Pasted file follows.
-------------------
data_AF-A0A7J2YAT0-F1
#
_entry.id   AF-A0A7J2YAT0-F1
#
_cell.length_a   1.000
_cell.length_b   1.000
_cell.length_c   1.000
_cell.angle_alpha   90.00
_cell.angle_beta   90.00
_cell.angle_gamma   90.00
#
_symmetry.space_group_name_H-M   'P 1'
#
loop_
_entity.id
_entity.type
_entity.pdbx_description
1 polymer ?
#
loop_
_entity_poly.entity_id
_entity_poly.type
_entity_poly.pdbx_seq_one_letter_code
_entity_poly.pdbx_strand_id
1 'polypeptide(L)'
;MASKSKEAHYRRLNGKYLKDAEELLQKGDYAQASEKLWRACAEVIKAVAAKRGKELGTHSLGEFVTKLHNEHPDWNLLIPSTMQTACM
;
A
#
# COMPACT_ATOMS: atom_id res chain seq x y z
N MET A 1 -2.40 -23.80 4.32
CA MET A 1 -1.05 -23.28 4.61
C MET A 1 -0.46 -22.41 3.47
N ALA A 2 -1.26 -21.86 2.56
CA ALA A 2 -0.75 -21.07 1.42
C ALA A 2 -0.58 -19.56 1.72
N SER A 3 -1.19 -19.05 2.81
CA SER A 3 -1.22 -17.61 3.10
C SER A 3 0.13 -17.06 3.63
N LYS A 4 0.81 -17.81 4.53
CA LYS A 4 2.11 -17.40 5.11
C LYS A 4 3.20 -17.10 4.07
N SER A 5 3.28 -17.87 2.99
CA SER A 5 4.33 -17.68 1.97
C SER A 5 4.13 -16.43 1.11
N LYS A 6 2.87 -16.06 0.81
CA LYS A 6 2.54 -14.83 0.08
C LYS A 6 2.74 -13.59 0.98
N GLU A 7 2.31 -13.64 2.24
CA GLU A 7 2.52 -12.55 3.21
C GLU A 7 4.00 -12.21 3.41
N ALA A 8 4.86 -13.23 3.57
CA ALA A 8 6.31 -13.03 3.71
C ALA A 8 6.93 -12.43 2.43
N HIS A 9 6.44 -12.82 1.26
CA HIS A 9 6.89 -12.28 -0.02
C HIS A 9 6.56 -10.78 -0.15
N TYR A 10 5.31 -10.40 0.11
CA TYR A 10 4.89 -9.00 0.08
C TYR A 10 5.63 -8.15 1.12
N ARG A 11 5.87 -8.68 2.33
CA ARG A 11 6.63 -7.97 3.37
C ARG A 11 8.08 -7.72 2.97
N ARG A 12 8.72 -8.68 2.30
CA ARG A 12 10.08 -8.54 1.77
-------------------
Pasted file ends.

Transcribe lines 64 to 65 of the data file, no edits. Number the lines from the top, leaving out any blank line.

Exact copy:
N ARG A 12 8.72 -8.68 2.30
CA ARG A 12 10.08 -8.54 1.77